Attorney grills detective in double murder case

Judge warns defendant Perry to refrain from histrionics

February 04, 2011|By Nick Madigan, The Baltimore Sun

An attorney representing Kenneth D. Perry, accused of committing a double murder in 1998, tried Friday to methodically take apart a homicide detective's investigation of the case during the defendant's second trial in Baltimore Circuit Court.

Attorney Janice Bledsoe zeroed in repeatedly during cross-examination on what she termed failures or inconsistencies in the investigation of the murders of Perry's former girlfriend, LaShawn Jordan, and her friend Kelly Bunn in a Reservoir Hill apartment.

Before the day's session got under way, Judge Stuart R. Berger warned the 45-year-old defendant — who had been disruptive during earlier testimony and who was removed Thursday from court after complaining of chest pain — not to repeat his "obstreperous behavior."

Perry was convicted in the killings in 2001 and sentenced to life without parole, but a judge ordered the case retried after it became clear that a prosecutor had withheld evidence from the defense. The new trial began Monday and might have concluded Friday had it not been for the lengthy cross-examinations of the state's last witnesses.

In questioning Roscoe Lewis, the homicide detective, Bledsoe suggested repeatedly that he had failed to record crucial interviews, mislaid evidence and neglected to follow up on what might have been important leads. He did not, he acknowledged, speak to a paramedic who had learned from Jordan's 4-year-old daughter that the shooter had been "Frankie," a nickname by which Perry was known. In fact, Lewis said, he did not learn of it until much later and, after Perry was arrested, did not ask the defendant whether he had such a nickname.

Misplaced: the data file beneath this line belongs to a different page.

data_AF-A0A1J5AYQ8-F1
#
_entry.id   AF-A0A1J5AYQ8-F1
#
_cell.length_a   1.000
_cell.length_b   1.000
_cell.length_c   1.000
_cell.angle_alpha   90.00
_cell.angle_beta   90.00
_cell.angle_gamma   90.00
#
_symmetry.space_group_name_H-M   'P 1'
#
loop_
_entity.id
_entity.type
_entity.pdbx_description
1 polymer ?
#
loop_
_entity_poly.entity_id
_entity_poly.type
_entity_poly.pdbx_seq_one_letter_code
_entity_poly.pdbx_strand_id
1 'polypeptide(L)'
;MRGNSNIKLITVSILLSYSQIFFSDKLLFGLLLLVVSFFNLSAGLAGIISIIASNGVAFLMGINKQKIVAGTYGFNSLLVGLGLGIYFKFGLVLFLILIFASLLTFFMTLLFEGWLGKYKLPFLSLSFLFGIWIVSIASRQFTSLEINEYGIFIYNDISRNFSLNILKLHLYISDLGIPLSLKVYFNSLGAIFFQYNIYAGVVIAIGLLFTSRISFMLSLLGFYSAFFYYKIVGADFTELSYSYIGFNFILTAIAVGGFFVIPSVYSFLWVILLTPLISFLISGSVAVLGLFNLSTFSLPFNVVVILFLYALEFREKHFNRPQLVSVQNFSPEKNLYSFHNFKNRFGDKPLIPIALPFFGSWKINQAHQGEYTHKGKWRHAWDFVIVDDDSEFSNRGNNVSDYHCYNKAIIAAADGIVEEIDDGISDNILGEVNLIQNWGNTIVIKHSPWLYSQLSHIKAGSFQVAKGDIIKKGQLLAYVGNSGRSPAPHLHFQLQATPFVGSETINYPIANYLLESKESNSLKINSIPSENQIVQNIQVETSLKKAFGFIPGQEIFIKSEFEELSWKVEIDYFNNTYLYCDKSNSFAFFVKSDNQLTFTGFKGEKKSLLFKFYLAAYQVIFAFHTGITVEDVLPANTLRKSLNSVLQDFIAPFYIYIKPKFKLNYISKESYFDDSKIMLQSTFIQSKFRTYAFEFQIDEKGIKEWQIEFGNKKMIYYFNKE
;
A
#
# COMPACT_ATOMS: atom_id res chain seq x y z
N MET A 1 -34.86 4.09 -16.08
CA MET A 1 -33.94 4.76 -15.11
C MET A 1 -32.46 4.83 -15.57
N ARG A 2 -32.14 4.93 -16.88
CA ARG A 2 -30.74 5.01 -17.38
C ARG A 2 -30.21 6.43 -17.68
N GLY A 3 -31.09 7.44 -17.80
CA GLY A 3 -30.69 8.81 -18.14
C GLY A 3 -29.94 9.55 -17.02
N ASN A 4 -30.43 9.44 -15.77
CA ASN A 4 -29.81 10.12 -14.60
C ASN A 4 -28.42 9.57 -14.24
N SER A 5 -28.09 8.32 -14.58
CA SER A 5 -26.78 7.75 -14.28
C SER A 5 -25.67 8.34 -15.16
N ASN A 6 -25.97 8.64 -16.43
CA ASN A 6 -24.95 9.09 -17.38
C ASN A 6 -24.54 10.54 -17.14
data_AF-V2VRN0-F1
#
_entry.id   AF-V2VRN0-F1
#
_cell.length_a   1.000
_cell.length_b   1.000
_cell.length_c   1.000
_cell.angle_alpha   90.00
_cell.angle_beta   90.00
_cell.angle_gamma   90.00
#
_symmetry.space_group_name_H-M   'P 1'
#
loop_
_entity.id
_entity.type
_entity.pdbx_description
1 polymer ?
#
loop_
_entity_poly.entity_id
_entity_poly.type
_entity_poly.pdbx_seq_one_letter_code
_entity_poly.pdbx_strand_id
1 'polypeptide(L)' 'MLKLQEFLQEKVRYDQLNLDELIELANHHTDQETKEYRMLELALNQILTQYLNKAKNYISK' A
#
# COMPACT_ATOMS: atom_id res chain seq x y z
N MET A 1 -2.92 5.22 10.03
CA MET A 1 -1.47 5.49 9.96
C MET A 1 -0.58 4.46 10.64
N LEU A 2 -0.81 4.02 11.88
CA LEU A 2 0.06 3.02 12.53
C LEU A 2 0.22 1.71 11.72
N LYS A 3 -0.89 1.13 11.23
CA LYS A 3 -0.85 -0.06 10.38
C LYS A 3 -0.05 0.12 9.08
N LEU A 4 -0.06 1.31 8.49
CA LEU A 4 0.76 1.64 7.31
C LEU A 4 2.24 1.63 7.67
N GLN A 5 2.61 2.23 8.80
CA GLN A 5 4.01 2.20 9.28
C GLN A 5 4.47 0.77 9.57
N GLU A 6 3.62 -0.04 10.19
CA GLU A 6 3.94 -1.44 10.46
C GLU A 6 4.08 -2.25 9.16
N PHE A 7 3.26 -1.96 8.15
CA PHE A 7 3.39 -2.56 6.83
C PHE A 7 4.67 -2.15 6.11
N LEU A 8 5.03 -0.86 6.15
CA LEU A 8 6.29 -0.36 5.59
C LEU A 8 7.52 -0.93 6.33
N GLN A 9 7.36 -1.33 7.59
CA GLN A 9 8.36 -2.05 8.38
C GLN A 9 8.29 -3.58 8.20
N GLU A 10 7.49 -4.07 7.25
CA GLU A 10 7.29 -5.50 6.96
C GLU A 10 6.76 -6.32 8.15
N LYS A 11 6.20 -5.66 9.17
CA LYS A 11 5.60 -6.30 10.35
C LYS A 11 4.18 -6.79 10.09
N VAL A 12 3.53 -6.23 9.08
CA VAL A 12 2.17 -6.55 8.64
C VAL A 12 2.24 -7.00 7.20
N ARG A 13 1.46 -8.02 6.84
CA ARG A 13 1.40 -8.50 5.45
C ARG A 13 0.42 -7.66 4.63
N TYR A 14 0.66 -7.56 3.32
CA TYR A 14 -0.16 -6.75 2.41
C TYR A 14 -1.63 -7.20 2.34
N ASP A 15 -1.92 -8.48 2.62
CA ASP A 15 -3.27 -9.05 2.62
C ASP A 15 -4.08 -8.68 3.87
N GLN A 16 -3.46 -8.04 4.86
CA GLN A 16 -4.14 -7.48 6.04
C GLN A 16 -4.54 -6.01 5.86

Bledsoe asked why Lewis and the state's attorney's office had held off on requesting an arrest warrant for Perry until August 2000 if Jordan's daughter had identified him as the culprit shortly after the crime two years earlier.

"We wanted to find someone else as a witness," Lewis said, adding that he and the prosecutor's office "didn't want to put a 4-year-old girl" through the rigors of a trial in which she would have been the state's main witness. "She was already traumatized," the detective said.

Lewis acknowledged that he had not looked into whether Bunn's former boyfriend, Eric McGee, had a criminal record, despite her family's concerns about him and whether he might have been involved in her murder. Lewis also acknowledged that he had not established the truth of McGee's alibi but said he had interviewed him and was satisfied that he had played no role in the killings.

"Were you too pressured by other responsibilities to do a thorough job?" Bledsoe asked.

"No," Lewis replied.

When prosecutor Lisa Phelps resumed her examination of the witness, she established that Perry had been a "person of interest" in the case all along, that there was nothing that pointed to any other suspects, and that it is common in complex homicide investigations to record some interviews and not others.

nick.madigan@baltsun.com

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